Racial Justice Series: Week 4 Summary

–By Rev. Deacon Shancia Jarrett.
Many Americans assume that racial segregation was a political and socio-economic device of the South. However, many scholars contend that segregation was deeply rooted within the politics and socio-economic practices of the liberal North through legalized (de jure) policies of redlining and predatory lending. Last week’s session on The Politics and Socio-Economics of Racism explored the discriminatory policies which led to the segregation of northern urban cities. This session staunchly challenged assumptions of racial equity in the North by visiting accounts of racism within real estate markets and homeownership lending policies. The session drew on the historical and legal scholarship of Richard Rothstein, advocates of the Mapping Prejudice group, and Jonathan Kozol to demonstrate how the American government intentionally segregated urban communities through predatory lending practices and land use regulations.

Our first featured video, The Forgotten History of How the Government Segregated America, discussed how the federal government has historically protected the housing and homeownership rights of Whites and ensured their access to safe communities and affordable housing while disenfranchising Blacks’ efforts to achieve homeownership. Legal scholar and sociologist Richard Rothstein reasoned that federal, state, and local governments endorsed exclusionary deeds that restricted Blacks and people of color from moving into White communities from the 1930s to the 1980s. According to Rothstein, such policies directly violated Fair Housing laws and the Fifth Amendment (the Constitutional right to property). As a result, the government redlined communities populated by Blacks as the worst places to live and discouraged lending within redlined communities. These widespread violations of housing rights and laws resulted in the lack of housing resources (federal funding) and in a decrease in lender willingness to grant mortgages within communities populated by Blacks. Our second film, Jim Crow of the North, did an excellent job of illustrating segregation in the North. There are no words to describe the richness of this film. If you have not seen it, I invite you to watch it.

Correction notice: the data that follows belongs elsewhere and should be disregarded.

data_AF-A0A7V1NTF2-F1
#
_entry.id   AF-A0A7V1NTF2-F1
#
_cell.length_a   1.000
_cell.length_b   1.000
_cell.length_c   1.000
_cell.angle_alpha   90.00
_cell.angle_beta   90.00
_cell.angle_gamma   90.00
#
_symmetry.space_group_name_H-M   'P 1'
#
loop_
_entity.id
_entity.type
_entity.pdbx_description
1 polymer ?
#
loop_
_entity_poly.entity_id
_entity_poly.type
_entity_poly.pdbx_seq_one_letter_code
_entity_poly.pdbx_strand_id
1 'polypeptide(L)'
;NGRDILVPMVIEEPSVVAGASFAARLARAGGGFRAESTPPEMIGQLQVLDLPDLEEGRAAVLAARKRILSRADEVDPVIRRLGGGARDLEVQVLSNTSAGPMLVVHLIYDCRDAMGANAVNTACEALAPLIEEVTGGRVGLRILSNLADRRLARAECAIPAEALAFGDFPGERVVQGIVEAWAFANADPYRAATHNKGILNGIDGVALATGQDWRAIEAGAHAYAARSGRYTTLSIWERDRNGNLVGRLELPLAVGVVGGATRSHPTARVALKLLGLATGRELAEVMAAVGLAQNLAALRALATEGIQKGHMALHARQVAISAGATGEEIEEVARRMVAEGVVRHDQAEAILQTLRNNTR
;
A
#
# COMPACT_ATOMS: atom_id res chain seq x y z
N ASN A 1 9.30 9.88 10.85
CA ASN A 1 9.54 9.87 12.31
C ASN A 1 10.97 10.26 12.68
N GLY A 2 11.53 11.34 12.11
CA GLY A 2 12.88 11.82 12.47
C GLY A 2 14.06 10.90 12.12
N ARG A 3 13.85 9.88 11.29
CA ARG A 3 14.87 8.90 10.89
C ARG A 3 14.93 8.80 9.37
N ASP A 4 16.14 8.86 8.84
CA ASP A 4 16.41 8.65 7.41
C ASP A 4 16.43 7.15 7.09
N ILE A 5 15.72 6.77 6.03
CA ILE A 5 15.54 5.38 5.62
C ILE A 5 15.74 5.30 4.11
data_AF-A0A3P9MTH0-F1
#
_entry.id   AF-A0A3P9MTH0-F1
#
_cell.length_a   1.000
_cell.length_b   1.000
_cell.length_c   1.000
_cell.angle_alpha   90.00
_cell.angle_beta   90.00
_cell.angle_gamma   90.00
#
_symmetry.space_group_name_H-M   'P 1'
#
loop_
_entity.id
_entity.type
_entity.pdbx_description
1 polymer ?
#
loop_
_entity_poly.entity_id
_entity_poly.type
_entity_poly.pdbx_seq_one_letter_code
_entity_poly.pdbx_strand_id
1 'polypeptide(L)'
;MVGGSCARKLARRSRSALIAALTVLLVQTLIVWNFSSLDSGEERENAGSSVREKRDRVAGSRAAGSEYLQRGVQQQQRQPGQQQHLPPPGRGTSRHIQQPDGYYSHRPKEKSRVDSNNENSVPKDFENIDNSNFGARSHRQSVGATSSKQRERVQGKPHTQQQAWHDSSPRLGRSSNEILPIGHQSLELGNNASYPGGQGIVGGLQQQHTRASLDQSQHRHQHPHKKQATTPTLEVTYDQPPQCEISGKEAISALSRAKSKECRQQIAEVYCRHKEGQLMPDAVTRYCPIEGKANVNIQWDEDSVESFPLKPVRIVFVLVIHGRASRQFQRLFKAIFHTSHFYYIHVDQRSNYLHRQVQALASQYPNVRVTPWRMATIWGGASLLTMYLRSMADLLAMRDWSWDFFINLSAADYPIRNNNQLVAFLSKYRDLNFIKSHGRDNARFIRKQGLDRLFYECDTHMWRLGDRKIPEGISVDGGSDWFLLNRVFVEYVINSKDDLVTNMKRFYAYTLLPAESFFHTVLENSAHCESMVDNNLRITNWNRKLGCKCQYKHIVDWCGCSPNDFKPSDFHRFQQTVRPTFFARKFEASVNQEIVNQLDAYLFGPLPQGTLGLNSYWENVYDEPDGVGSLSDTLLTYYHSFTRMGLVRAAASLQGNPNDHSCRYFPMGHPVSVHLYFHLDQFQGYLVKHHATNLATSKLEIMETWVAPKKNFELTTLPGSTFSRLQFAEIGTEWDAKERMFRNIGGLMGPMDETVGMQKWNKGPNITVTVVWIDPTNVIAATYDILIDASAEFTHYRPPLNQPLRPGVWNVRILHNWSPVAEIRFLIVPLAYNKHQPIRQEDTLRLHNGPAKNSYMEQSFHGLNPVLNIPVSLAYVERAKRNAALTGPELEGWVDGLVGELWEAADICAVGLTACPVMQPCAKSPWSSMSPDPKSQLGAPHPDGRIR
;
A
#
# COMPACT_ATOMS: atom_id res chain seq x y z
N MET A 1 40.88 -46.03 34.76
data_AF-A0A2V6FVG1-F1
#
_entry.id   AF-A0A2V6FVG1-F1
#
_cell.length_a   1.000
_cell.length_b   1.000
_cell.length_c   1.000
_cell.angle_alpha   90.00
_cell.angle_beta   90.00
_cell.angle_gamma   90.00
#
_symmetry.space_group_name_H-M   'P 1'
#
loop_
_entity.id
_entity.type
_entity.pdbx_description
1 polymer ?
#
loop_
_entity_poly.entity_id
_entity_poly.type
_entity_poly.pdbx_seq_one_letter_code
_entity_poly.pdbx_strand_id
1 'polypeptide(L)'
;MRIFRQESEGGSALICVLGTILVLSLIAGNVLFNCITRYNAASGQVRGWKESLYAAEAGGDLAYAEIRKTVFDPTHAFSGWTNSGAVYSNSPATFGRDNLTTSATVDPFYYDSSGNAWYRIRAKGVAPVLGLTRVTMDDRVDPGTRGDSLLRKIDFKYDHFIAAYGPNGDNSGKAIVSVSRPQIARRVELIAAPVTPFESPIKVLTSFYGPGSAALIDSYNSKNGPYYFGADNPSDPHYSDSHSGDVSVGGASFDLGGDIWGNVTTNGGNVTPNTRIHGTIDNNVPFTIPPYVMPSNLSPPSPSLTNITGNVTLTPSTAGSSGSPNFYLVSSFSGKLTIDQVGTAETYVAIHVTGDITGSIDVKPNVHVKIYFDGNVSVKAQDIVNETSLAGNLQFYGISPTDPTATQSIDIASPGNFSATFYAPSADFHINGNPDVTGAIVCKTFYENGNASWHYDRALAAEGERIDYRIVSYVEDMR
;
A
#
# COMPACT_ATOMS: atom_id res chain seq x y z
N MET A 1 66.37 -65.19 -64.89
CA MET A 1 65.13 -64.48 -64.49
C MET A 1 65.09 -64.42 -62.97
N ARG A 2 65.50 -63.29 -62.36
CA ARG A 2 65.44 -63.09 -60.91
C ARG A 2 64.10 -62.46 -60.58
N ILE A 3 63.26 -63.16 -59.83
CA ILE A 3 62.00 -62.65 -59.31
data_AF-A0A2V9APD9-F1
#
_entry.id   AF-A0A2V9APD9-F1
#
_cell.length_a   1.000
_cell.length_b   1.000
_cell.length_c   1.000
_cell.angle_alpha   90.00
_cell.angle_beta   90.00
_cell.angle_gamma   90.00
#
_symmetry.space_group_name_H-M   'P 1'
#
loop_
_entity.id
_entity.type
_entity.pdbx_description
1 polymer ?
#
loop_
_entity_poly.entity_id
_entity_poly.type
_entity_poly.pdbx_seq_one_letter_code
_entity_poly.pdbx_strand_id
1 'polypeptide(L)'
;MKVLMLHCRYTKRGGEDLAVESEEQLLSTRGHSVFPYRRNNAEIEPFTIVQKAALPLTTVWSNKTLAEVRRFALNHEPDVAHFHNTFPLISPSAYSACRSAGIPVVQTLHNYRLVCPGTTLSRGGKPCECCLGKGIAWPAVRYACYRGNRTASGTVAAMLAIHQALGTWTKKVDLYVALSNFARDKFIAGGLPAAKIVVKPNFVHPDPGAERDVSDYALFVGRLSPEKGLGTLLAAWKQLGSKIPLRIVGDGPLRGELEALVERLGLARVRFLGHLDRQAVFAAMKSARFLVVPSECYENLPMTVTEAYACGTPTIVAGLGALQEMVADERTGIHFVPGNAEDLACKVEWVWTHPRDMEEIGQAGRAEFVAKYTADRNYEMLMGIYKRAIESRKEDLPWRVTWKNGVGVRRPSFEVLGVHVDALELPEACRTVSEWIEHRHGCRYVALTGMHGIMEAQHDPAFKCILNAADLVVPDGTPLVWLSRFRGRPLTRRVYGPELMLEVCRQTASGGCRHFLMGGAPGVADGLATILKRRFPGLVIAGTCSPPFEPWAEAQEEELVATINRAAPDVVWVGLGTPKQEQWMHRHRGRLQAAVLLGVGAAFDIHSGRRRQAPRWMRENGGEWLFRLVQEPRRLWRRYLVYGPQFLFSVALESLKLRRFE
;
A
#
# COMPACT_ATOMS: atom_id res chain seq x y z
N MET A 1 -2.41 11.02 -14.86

To explore the claims of Rothstein and the advocates of Mapping Prejudice, we reviewed New Haven’s Home Owners’ Loan Corporation Map from 1937 (pictured here). (See if you can find what grade your current neighborhood received in 1937!)

Numerous participants shared thoughtful and critical reflections of their understanding of housing in New Haven and of the differences between homeownership and tenant-occupancy rates. We discovered that neighborhoods such as the Newhallville and Fair Haven were redlined as hazardous and currently remain distressed communities with low homeownership rates. This suggests that residents of these communities continue to endure the disparate impact of historical housing prejudice. Secondly, we also noticed that the neighborhoods of Prospect Hill, Whitneyville, and East Rock were highlighted green as the “best,” neighborhoods for homeownership initiatives and lending policies. Therefore, banks were quite eager to grant loans in areas highlighted green. According to scholars and the Federal Housing Administration from the 1930s to the late 1970s, only White communities with exclusionary deeds received a green status. This reality made it difficult if not impossible for Blacks to integrate into the better neighborhoods of New Haven.

Nationally, numerous African American families attempted to challenge redlining by moving into White communities, but they were faced with the brutalities of violent protest, lynching threats, and KKK marches. For example, during the 1970s, the Spencer family of Rosedale, New York were victims of violence and housing discrimination. After relocating from London, the Spencer’s homes were bombed twice: first by their White neighbors and then by the KKK. According to journalists and legal advocates, New York’s district attorney and police departments did not conduct investigations against the accused bombers. We watched jarring footage of a report on a protest by White Rosedale residents who encountered an unsuspecting group of Black children on their path.

Due to these alarming and overtly racist policies, Black communities have historically experienced the disparate impact of housing discrimination. Contemporary scholars and advocates are faced with the challenges of knowing what to do. As Christians, we can-

  • Pray for and with communities who experience housing discrimination.
  • Educate ourselves on racism and housing discrimination within our communities.
  • Look into the difference in homeownership and the economics of racial groups within our state and local communities. This can be as simple as a driving through town or doing a Google search.
  • (For landlords and homeowners): commit NOT to discriminate against renters of color.
  • Become aware of housing initiatives within our community. For example, New Haven has St. Luke’s Development Corporation, an Episcopal housing ministry, and the CONECT, a coalition of religious leaders who lobby the state and local government for housing justice.
  • Determine NOT to be afraid to bear witness to the Gospel’s mission of healing and hospitality for all.

Lastly, I leave you with the brief but inspirational testimony of Jonathan Kozol, Savage Inequalities. His words shed light on why so many have devoted their lives and their scholarship to fighting for racial justice.

“What does the Lord require of you, but to do justice, and to love kindness, and to walk humbly with your God?”
Micah 6:8 (NRSV)

Go in peace to love and serve the Lord.
Rev. Deacon Shancia Jarrett

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